- Fat-Fighting Foods Slideshow
- Take the Human Body Quiz
- Causes of Fatigue Slideshow Pictures
- Find a local Doctor in your town
- How can I be prepared for an earthquake?
- What are earthquake practice drills?
- What are earthquake evacuation plans?
- What type of priorities and personal documentation paperwork should I prepare?
- Indoor safety
- Outdoor safety
- What are emergency supplies for earthquake preparedness?
- First aid kit
- Survival kit for your home
- Survival kit for your automobile
- Survival kit for your workplace
- Emergency water storage and purification
- What are safe water sources in the home?
- What are unsafe water sources?
- What water is safe for drinking and cooking?
- What about emergency food?
- How should I store store emergency food?
- How should I use use emergency food?
Quick GuideFirst Aid: 8 Essential First Aid Items for Car or Purse
- Keep foods that:
- have a long storage life
- require little or no cooking, water, or refrigeration, in case utilities are
- meet the needs of babies or other family members who are on special diets
- meet pets' needs
- are not very salty or spicy, as these foods increase the need for drinking water, which may be in short supply
How To Store Emergency Food
- A disaster can easily disrupt the food supply at any time, so plan to have at
least a 3-day supply of food on hand.
- When storing food, it is not necessary to buy dehydrated or other types of
emergency food. Canned foods and dry mixes will remain fresh for about 2 years.
- Certain storage conditions can enhance the shelf life of canned or dried
foods. The ideal location is a cool, dry, dark place. The best temperature is 40
to 60°F. Keep foods away from ranges or refrigerator exhausts. Heat causes many
foods to spoil more quickly.
- Keep food away from petroleum products, such as gasoline, oil, paints, and
solvents. Some food products absorb their smell.
- Protect food from rodents and insects. Items stored in boxes or in paper cartons will keep longer if they are heavily wrapped or stored in airtight containers.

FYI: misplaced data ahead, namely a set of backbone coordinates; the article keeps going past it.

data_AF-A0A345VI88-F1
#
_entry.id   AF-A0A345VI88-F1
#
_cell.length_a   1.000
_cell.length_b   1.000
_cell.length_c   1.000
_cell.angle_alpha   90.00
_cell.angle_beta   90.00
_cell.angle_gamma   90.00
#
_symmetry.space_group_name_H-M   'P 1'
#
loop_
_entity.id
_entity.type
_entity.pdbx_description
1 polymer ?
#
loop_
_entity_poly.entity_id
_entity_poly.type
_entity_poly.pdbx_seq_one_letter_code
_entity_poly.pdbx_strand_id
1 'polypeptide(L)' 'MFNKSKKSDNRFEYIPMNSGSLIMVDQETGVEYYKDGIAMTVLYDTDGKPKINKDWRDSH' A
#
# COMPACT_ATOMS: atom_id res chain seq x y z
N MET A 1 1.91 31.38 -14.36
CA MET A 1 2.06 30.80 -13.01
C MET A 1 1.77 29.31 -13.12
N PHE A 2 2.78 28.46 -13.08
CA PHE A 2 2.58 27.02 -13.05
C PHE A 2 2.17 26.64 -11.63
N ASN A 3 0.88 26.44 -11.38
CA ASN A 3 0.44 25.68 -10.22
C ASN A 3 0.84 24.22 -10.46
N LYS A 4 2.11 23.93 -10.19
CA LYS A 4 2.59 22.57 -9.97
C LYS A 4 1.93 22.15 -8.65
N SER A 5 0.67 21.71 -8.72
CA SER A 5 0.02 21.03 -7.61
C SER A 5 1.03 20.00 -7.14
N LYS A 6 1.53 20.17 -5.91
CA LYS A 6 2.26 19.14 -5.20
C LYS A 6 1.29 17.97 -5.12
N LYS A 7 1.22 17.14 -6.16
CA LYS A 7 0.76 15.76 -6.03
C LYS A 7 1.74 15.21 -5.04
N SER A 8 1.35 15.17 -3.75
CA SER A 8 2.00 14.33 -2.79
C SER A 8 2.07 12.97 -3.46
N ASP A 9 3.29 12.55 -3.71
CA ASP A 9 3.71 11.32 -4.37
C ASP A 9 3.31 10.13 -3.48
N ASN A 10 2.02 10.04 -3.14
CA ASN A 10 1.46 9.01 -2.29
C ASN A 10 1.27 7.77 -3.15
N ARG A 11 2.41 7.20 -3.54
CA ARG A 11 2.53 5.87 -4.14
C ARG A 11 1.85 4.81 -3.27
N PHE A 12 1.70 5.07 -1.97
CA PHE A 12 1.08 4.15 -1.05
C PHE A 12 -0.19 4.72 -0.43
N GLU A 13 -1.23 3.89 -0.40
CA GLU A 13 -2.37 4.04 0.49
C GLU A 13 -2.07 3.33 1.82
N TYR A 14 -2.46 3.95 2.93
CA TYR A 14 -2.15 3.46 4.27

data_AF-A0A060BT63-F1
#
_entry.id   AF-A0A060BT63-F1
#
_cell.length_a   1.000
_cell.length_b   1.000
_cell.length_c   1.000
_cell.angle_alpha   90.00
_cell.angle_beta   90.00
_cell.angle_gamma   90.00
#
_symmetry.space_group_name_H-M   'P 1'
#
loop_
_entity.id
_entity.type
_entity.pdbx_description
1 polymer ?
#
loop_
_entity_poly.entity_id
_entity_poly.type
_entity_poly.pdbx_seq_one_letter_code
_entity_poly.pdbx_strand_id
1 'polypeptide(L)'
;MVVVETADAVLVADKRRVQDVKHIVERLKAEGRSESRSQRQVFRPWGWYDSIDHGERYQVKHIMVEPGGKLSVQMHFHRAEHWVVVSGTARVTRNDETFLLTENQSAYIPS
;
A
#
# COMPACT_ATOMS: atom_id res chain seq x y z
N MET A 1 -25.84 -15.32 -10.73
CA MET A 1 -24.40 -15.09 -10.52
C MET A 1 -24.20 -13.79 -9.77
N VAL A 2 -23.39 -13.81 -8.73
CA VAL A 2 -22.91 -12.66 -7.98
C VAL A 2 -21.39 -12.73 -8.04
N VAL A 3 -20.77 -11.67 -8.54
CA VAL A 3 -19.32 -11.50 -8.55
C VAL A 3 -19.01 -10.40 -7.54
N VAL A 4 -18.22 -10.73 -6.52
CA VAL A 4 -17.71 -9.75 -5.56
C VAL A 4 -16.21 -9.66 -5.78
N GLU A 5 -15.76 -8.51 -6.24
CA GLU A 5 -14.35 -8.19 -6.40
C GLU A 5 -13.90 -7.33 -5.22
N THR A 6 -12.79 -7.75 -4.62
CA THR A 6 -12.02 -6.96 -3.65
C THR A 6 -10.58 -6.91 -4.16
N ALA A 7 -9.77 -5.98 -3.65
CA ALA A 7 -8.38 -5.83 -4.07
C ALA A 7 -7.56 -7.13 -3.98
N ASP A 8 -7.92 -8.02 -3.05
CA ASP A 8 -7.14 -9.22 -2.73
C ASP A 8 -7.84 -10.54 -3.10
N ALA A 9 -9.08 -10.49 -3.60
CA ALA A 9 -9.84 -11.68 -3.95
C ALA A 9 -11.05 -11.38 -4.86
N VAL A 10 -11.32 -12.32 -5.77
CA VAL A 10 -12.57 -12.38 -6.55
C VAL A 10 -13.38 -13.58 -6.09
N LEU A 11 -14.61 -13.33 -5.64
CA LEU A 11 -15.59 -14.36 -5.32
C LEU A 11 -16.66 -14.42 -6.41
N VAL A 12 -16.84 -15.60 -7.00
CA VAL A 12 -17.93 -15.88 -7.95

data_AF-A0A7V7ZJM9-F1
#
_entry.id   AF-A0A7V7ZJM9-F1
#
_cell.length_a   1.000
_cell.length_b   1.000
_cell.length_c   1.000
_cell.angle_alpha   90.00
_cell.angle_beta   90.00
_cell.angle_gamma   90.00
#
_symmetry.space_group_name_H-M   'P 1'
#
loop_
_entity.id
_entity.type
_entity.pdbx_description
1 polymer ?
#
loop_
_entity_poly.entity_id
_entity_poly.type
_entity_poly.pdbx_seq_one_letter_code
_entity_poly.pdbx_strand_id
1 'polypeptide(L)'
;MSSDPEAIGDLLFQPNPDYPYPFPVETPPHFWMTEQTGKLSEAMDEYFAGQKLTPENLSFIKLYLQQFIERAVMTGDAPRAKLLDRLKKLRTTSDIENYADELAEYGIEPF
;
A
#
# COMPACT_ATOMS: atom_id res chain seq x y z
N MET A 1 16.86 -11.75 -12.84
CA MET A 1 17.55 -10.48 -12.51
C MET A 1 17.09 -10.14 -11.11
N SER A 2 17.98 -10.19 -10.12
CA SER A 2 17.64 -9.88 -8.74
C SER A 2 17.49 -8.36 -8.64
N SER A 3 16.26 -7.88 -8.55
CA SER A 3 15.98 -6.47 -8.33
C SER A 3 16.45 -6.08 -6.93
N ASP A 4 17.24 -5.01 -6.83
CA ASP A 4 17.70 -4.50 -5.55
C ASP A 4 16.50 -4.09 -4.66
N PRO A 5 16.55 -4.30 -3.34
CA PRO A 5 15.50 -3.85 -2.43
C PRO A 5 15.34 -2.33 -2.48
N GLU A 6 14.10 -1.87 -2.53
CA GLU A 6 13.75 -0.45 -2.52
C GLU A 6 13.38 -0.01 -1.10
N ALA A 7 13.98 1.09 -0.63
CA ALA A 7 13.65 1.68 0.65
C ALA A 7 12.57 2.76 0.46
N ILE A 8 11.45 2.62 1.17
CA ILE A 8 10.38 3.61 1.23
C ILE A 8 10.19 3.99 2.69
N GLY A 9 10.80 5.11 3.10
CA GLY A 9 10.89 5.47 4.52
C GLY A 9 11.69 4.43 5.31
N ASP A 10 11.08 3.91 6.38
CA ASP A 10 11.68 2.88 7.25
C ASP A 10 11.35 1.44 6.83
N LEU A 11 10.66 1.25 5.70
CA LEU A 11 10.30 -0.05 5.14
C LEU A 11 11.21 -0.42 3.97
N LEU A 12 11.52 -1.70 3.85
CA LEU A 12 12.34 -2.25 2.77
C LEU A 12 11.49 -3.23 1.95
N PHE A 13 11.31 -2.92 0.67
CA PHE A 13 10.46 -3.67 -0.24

- Date all food items. Use and replace food before it loses freshness.
How To Use Emergency Food
- Use perishable food in your refrigerator or freezer before using food in your
- Discard cooked, unrefrigerated foods after 2 hours at room temperature,
regardless of appearance.
- Eat only foods that have a normal color, texture, and odor.
- Discard cans that bulge at the ends or that are leaking.
Preparing food after an earthquake may be complicated by damage to your home and loss of electricity, gas, and water. The following items will help you to prepare meals safely:
- Cooking utensils
- Knives, forks, and spoons
- Paper plates, cups, and towels
- A manual can- and bottle-opener
- Heavy-duty aluminum foil
- Gas or charcoal grill; camp stove
- Fuel for cooking, such as charcoal. (CAUTION: Never burn charcoal indoors. The fumes are deadly when concentrated indoors.)
NOTE: Do not use your fireplace for cooking until the chimney has been inspected for cracks and damage. Sparks may escape into your attic through an undetected crack and start a fire.
Centers for Disease Control. "Being Prepared for an Earthquake."
Centers for Disease Control. "Emergency Supplies."
Centers for Disease Control. "Food & Water Concerns."
Centers for Disease Control. "What to do During an Earthquake."